'I had no idea my partner was a serial cheater. But my friends knew.'

Kara* had been married for around 20 years before she found out about the affair. 

A friend of one of her husband's family members told her. She said she'd been cheated on too and refused to sit back and stay quiet. 

It was the last thing Kara expected. But despite the crushing hurt, with seven children together, Kara forgave him. 

"I think I was numb, then so hurt. It took me about three days before I could look at him. Stupidly, I allowed myself to be convinced that our relationship was worth saving."

Credit: Hulu

But it wasn’t easy, and five months later, Kara’s husband left her for his mistress. 

"The impact it had on me was soul crushing. I had been so manipulated and conditioned, forgiving felt like my only option. Looking back, I should have kicked his ass to the kerb and not looked back."

What Kara didn't know is that this wasn't her husband's first affair. But it wasn't until after he'd left, leaving Kara devastated and broken, that the real truth came out. 

“From what I know now, there was no 'before the affair'. It seems he was a serial cheater for the entire 20 years, with multiple women.”

Had she known, things may have been different for Kara, she may have made different decisions. Turns out though, many people did know. 


"I found out there were several people who knew, because more than one person told me they had seen him 'flaunting' another woman around town," says Kara. 

"I felt so betrayed, not just by him, but by so many others. I won't ever talk to them again, some of them were like family (supposedly), but they still kept his secrets. The lady who had the balls to tell me passed away not long after, but I am grateful to her.”

Kara believes those who knew about the affairs were in some ways, complicit. And I agree. 

It’s an age-old debate — should you tell someone you care about that their partner is having an affair? And if so, how much hard evidence do you need? A sneaky Tinder profile can be screen shot, but spotting the guilty party in a public pash can be more difficult to prove.  

I’ve had this conversation many times myself, and I stand firm in my belief that if you know the partner of a close friend or family member is cheating, you owe it to them to say something. Of course, you also owe them your support, regardless of what they choose to do with that information. Personally, I would struggle to forgive someone who knew about an affair, but didn’t tell me. 

I do understand why people hesitate though. Nobody knows what goes on behind closed doors, as they say, and there is a risk in inserting yourself into other people's private lives. There’s also a risk of losing that friend or family member, if they don’t believe you. 

I feel it’s a risk worth taking for someone you care about. I say that, because that's what I would want. But some people don't want to know, and herein lies the problem — you never really know how someone is going to react, so it all comes down to what you feel is right, and wrong.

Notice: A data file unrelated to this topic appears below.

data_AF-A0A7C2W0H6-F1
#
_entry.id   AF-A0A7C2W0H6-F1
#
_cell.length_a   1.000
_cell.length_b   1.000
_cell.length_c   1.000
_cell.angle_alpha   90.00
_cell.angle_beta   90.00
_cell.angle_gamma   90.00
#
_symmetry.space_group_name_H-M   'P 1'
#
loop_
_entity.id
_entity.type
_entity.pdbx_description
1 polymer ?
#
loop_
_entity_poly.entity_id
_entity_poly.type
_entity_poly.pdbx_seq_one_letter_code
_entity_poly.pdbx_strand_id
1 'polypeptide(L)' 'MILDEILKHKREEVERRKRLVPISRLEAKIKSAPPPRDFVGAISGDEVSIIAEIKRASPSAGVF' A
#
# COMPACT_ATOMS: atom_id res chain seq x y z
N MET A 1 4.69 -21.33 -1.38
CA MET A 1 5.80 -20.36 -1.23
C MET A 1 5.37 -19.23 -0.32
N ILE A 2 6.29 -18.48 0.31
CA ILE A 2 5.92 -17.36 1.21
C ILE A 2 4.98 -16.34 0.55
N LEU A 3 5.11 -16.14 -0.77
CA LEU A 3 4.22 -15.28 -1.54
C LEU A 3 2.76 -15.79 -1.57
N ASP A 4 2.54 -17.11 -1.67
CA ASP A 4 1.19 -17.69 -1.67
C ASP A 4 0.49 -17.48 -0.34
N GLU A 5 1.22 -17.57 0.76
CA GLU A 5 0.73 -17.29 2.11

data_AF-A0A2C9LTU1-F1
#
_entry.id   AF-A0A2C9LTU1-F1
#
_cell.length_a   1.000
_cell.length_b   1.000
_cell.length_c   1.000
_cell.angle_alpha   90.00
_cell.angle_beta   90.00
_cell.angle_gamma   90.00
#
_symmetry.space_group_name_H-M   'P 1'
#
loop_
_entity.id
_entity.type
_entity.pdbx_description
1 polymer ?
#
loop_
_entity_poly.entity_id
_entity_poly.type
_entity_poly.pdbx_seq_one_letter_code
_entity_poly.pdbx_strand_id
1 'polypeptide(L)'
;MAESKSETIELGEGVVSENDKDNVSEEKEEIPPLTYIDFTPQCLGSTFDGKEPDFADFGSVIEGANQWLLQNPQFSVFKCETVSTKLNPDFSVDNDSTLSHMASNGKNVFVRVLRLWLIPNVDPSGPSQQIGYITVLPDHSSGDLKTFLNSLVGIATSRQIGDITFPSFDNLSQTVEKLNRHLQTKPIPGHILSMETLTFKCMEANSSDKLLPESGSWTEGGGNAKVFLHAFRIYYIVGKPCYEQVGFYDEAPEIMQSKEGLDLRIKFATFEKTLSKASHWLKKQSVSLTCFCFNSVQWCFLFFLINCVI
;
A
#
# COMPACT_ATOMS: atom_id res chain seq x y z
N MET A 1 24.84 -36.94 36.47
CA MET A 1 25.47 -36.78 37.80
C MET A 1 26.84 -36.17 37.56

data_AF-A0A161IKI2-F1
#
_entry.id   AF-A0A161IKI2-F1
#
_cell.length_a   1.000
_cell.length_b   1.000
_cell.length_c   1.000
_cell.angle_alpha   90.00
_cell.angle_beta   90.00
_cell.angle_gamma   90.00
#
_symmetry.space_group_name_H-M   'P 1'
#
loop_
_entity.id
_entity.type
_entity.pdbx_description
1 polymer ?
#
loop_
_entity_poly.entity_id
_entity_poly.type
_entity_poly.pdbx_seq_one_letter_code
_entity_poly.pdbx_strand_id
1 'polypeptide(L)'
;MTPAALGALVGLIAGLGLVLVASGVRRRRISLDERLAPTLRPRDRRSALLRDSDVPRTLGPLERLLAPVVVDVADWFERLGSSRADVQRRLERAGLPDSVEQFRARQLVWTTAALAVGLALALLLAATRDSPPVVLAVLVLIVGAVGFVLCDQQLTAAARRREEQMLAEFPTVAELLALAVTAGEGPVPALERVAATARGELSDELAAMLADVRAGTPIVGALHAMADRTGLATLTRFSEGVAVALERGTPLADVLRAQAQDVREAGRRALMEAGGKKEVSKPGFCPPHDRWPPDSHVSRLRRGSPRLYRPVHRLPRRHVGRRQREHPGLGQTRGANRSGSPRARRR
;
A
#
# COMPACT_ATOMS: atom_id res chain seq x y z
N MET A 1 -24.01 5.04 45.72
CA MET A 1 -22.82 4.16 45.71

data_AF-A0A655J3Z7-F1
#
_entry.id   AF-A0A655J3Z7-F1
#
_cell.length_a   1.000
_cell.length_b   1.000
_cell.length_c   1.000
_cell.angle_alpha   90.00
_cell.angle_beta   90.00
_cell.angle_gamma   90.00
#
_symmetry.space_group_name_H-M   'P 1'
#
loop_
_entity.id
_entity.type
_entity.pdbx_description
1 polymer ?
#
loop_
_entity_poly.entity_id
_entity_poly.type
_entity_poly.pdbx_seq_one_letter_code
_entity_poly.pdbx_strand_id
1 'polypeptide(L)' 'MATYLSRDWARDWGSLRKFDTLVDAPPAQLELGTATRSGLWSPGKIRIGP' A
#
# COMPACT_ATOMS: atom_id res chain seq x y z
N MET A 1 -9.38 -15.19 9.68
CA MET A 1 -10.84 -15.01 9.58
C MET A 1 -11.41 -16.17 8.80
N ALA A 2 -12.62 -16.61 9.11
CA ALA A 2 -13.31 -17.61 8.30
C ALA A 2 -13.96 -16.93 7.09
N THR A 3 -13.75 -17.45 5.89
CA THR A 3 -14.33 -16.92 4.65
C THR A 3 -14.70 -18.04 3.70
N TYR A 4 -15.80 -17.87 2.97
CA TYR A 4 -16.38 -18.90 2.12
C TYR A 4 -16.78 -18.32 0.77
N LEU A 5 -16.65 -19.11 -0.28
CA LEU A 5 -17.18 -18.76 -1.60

When I was in my twenties, I was on a group work trip and a colleague, who I barely knew, apparently cheated on his wife multiple times with sex workers. His wife and children met him at the airport when we returned, and seeing them greet him made my stomach churn. I’d never met this woman, and I’d only heard about the cheating secondhand, but to this day, there's a part of me that regrets not finding some way of letting her know. 

“I've had clients who realised they were the last one to know, and the humiliation adds to the betrayal,” shares relationship counsellor Susan De Campo. “But upon reflection, they understand why their friends didn't say anything.”

So, if your friend or family member's partner is having an affair that you know about, and you don't say anything, are you complicit? De Camo says it’s complicated. 

“It depends on what you say to yourself about what you know,” she explains. 

“If, for example, you say, ‘this is not my business, nothing to do with me’, then you'll feel ok about not saying anything. But if you say to yourself, ‘as a loyal friend, it is my duty to tell her’, then not doing so would make you complicit.”

I posed the question on a Facebook group, and here’s what other women had to say. 

“If my friends didn’t tell me, they aren’t my friends.” - Vicky

“That’s a complex one. Depending on the situation and my relationship to the cheater, I would encourage the cheater to own up themselves, but this could also result in them setting up a situation to discredit me and then deny it.” - Alicia


“I would be devastated if someone close to me didn’t let me know my partner was cheating. Not only would I never trust that partner again, but I’d never trust the person who knew either.” - AJ

“I told a friend her partner was chatting (with solid evidence, all his friends and lots of their mutuals knew) and she kept him and binned me. They stayed together a long time after that and eventually split after having kids… due to him cheating.” - Vinnie

“I went out with a serial cheater years ago, his whole family knew and many of our friends knew. I had to leave that whole part of my life behind. I don’t think they were complicit (though), more they didn’t know what to do or say.” - Laura.

"If you knew and didn't tell me, yes, I would consider you complicit and would be furious." - June

De Campo says many people choose not to tell for reasons such as 'minding their own business' and 'not really knowing what’s going on behind closed doors'. Some assume that the person already knows. 

“There's no easy or nice way to tell someone their partner is cheating," she says. 

But, just because something is hard, doesn’t mean it shouldn’t be done. 

*Name has been changed.

Feature Image: Getty.

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